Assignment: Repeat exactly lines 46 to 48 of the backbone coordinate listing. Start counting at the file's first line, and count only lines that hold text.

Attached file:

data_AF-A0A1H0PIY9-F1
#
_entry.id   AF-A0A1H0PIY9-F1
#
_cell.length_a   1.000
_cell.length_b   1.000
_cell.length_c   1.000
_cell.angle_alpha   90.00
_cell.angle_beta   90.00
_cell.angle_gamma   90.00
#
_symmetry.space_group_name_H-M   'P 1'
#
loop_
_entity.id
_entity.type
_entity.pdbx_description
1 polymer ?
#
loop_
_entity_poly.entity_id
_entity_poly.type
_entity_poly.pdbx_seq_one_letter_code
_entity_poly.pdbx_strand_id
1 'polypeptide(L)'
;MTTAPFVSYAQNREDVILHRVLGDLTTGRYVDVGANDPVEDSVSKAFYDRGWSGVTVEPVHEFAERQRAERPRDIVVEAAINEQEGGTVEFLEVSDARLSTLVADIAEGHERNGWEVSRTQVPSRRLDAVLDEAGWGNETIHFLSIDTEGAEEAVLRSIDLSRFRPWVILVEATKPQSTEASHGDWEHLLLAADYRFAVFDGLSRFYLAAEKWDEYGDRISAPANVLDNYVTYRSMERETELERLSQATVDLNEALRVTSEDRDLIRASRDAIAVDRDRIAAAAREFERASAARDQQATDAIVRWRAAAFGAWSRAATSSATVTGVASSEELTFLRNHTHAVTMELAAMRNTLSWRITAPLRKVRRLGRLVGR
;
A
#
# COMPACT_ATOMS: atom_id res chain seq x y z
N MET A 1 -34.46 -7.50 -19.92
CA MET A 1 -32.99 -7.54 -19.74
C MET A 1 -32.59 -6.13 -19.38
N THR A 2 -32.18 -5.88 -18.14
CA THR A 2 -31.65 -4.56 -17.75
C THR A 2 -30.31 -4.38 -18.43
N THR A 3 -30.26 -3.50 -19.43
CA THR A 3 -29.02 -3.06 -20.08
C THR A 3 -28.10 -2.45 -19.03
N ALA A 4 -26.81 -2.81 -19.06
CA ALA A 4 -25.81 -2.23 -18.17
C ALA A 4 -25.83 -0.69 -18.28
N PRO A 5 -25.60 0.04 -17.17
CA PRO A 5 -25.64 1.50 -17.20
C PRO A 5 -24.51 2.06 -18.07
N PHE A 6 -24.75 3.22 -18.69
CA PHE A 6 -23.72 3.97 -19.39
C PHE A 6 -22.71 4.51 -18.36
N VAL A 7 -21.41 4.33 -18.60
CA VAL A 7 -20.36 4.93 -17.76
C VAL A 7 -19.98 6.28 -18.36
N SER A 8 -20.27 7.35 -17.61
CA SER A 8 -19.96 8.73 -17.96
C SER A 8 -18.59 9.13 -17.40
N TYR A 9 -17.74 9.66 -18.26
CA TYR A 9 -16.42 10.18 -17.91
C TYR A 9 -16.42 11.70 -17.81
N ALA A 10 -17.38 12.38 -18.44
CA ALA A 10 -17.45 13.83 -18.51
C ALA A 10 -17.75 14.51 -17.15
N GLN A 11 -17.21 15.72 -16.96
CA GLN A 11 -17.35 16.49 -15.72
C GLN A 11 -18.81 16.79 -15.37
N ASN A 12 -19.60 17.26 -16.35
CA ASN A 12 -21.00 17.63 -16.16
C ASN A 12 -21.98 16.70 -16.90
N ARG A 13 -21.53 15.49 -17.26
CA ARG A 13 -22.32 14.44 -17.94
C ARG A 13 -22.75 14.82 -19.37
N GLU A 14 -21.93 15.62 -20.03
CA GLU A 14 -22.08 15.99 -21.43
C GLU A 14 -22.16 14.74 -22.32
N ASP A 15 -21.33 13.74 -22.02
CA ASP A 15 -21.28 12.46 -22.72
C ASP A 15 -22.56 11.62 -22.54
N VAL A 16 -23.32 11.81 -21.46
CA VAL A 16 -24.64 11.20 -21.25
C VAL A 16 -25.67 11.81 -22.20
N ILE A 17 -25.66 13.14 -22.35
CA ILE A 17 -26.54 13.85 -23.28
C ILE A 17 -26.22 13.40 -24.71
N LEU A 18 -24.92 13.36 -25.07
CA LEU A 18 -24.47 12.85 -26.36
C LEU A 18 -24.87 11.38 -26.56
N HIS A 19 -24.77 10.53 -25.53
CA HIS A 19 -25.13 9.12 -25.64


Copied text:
N PHE A 6 -24.75 3.22 -18.69
CA PHE A 6 -23.72 3.97 -19.39
C PHE A 6 -22.71 4.51 -18.36